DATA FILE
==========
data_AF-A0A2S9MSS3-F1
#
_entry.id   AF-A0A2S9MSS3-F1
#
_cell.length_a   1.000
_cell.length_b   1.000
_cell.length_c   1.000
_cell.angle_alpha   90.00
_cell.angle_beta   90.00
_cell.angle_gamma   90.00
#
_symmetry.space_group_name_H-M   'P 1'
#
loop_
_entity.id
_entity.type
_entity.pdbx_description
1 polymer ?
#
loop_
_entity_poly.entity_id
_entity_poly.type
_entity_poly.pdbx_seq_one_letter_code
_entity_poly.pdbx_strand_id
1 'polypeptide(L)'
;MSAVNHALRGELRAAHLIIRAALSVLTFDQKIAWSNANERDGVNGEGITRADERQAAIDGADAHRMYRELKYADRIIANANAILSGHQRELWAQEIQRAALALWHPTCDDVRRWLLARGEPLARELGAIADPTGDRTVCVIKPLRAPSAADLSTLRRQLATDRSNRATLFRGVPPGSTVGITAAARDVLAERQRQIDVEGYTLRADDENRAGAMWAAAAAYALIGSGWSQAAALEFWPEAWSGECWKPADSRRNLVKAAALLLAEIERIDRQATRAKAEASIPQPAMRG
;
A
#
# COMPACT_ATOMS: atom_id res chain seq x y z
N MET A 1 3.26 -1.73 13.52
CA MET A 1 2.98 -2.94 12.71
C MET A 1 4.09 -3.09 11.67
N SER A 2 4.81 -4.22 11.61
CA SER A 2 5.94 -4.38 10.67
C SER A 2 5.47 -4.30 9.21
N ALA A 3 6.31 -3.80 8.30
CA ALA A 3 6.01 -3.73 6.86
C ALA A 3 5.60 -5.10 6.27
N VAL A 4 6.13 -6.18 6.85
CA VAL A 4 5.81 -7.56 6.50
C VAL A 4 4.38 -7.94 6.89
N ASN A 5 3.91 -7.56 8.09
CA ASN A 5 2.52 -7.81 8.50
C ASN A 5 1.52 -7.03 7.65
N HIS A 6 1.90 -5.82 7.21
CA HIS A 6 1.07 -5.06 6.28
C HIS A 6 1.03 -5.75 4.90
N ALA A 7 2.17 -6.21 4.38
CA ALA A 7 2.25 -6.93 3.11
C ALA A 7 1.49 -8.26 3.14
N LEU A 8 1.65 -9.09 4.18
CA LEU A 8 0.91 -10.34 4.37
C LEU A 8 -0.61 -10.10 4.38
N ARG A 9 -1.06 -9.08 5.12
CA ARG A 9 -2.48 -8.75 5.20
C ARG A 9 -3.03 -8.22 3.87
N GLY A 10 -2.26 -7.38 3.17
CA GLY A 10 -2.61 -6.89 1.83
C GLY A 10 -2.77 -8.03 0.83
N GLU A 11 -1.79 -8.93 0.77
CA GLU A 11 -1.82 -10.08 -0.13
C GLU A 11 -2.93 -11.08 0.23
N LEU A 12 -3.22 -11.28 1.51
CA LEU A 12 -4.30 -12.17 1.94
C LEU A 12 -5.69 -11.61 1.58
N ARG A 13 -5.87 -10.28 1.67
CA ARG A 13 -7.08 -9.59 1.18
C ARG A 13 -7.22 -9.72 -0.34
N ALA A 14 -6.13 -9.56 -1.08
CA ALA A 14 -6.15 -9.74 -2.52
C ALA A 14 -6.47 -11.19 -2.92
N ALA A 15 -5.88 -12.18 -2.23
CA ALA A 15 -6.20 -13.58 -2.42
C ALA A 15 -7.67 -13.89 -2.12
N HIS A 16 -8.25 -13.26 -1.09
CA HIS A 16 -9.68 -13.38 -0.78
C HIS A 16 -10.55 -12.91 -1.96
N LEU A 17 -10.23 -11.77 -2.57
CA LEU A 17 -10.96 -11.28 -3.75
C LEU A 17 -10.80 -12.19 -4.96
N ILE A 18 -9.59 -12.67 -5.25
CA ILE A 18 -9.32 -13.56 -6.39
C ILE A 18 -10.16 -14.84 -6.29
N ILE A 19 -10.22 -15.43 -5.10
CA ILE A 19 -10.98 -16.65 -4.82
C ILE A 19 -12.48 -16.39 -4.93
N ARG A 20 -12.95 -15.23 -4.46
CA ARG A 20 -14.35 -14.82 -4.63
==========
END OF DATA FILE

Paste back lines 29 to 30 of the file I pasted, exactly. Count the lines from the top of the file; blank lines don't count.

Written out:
#
# COMPACT_ATOMS: atom_id res chain seq x y z